A zoning proposal in Robinson, Washington County, includes new guidelines for Marcellus Shale development and a new district to encourage business along the planned Southern Beltway.
More than 100 people attended a four-hour series of meetings Monday night on a proposed overhaul of the township zoning ordinance.
Some landowners and farmers voiced opposition to their land being included in the new Interchange Business Development district, created along the planned extension of the Southern Beltway, which would connect Route 22 and Interstate 79.
Marcellus Shale leaseholders, along with a representative of driller Range Resources, opposed an overlay district for natural gas drilling.
Brian Coppola, chairman of the supervisors, said the current zoning code is full of mistakes, and an update has been in the works for about five years.
He said the proposed ordinance “may need some fixing, but it’s a thousand times better than what we’ve got.”
“I think it’s a thousand times more restrictive,” said Stephen Duran, a farmer who has been elected to serve as a supervisor starting next year.
Supervisors did not vote on the new zoning regulations. Mr. Coppola said the board will review the public comments and questions and possibly revisit the issue on Dec. 9.
Many speakers asked the board to delay action until after two new supervisors join the three-member board in January.
Mr. Coppola and Terrance Love will be replaced by Mr. Duran and Rodger Kendall, who have publicly supported gas drilling. Mark Brositz will remain on the board.
Current zoning code allows gas drilling as a conditional use in all zoning districts, meaning each well pad, for example, is considered on a case-by case basis and is subject to an application process, a public hearing and site-specific requirements.
The proposed overlay district indicates limited areas where well pads, rigs and related surface development are allowed.
From those locations, Marcellus Shale gas could be extracted from beneath the entire township via horizontal drilling, Mr. Coppola said.
"We have to find a way to accommodate everybody in the township so they can drill,” he said. “The overlay district was the most logical way we could do it."
He said drillers could seek a special exception or variance from the zoning hearing board if they wanted to build a well pad on land outside the overlay zone.
Shawn Gallagher, an attorney for Range Resources, said the gas overlay excludes new drilling development.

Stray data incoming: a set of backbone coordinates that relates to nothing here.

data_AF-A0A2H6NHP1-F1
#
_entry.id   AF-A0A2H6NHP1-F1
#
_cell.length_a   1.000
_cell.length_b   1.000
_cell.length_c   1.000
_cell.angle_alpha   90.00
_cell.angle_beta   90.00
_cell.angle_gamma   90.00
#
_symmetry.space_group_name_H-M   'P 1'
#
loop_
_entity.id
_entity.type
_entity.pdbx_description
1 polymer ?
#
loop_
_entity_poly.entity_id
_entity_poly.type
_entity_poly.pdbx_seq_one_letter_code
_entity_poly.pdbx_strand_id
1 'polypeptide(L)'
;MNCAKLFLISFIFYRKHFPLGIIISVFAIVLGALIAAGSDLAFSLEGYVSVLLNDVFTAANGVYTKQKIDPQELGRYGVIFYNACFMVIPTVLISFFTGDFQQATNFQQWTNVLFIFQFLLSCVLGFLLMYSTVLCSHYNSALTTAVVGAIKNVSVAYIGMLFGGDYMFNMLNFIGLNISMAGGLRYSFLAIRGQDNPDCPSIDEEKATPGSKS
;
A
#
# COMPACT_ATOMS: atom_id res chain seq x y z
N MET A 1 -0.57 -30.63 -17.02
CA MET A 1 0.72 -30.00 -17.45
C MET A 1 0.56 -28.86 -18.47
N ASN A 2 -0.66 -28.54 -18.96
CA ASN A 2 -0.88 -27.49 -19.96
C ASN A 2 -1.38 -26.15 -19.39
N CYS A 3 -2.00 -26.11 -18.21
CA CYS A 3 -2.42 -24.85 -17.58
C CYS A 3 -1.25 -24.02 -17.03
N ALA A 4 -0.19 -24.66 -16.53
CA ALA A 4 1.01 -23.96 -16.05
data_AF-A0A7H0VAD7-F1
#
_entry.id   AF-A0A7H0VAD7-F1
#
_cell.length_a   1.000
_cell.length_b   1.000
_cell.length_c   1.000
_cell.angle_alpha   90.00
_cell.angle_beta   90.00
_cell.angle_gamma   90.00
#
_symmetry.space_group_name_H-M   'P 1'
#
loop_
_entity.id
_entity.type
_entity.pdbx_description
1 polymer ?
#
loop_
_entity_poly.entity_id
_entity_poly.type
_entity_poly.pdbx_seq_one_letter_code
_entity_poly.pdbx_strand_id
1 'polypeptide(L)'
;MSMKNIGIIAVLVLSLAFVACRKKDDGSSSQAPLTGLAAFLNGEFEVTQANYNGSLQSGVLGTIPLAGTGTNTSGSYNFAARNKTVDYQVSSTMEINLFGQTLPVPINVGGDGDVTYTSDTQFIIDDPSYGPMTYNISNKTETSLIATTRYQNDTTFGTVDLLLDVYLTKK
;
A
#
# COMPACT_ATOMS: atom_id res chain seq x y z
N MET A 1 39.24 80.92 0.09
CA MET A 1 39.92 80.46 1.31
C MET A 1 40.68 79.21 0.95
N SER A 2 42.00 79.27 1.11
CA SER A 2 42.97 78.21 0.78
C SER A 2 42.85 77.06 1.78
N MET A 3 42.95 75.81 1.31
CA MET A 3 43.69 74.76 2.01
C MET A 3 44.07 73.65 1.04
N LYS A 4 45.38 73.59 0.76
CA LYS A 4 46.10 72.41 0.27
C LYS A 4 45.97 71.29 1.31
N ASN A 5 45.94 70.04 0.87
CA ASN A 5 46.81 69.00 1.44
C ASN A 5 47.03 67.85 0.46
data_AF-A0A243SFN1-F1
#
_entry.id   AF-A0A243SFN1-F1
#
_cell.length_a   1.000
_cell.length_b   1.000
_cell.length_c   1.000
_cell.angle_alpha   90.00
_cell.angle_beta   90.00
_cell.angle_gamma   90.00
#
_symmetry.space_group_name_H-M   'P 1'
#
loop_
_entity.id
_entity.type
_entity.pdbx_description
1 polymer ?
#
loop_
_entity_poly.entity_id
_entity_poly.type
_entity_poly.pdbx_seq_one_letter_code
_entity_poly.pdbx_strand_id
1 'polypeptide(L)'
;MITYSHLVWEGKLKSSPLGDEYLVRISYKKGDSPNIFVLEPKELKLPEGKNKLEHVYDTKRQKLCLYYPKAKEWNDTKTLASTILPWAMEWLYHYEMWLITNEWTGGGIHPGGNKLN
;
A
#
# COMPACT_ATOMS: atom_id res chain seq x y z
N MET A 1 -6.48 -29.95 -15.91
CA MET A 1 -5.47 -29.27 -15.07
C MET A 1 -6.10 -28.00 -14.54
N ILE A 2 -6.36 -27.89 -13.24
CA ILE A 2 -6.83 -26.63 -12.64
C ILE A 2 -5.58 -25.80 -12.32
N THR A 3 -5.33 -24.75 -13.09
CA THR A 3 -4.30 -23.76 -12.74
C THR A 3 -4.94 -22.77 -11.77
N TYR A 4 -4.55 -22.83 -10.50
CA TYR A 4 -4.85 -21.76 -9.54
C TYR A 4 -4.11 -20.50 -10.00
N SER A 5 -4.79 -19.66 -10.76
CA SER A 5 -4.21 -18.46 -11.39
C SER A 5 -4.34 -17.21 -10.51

“There’s no rational basis for the creation of this district,” Mr. Gallagher said.
Donna Valentino, who lives on Donaldson Road in the southeastern part of the township, said, “It looks to me like the only place where Range Resources can drill is so far away from my leased property that I don’t stand a prayer of getting included in a unit.”
Judy Kramer, whose family owns 13 acres on Robinson Church Road, opposed her property being rezoned from rural-residential/agricultural to business, saying it could affect her taxes and the possibility of drilling on her landl.
“If we are not allowed to develop our properties as we wish, then this board is not looking out to protect us,” she said. “They’re looking out to punish us for our vote [in the supervisor elections].”
Mr. Coppola said the timing of the zoning update had nothing to do with elections.
Most of the land in the proposed Interchange Business Development, or IBD, district currently is zoned as residential and agricultural land.
Richard Grossman, a professional planning consultant from Slippery Rock, said he created the IBD district to accommodate commercial, business park and light industrial growth around the planned Southern Beltway extension.
The 13-mile highway would cause “the single largest change to land-use patterns in your township’s entire history," he said.
The Pennsylvania Turnpike Commission plans to extend the Findlay Connector (Turnpike 576) from Route 22 in Robinson to I-79 at the Allegheny-Washington county line.
“It’s going to change Robinson Township from being a fairly inconvenient place to get in and out of to becoming a very convenient place,” Mr. Grossman said.
Imperial Land Corp. and Aloe Family LP — owners of more than 2,450 acres in Robinson — supported the proposed business district.
"Based on the current zoning, we can't do anything with the residential [district]," Imperial Land development manager Brian Temple said.
Mr. Temple asked supervisors to expand the business zone in areas around Fort Cherry Road and Route 980, and adjacent to the company’s business parks in Findlay, at the Westport interchange of the Findlay Connector.
John Campbell of Campbell Road said he gathered about 250 signatures on a petition against the zoning ordinance.
Farmers said the proposed zoning rules do not address the needs of the traditionally agricultural community.
“This whole ordinance is limiting our way of life,” Mr. Duran said.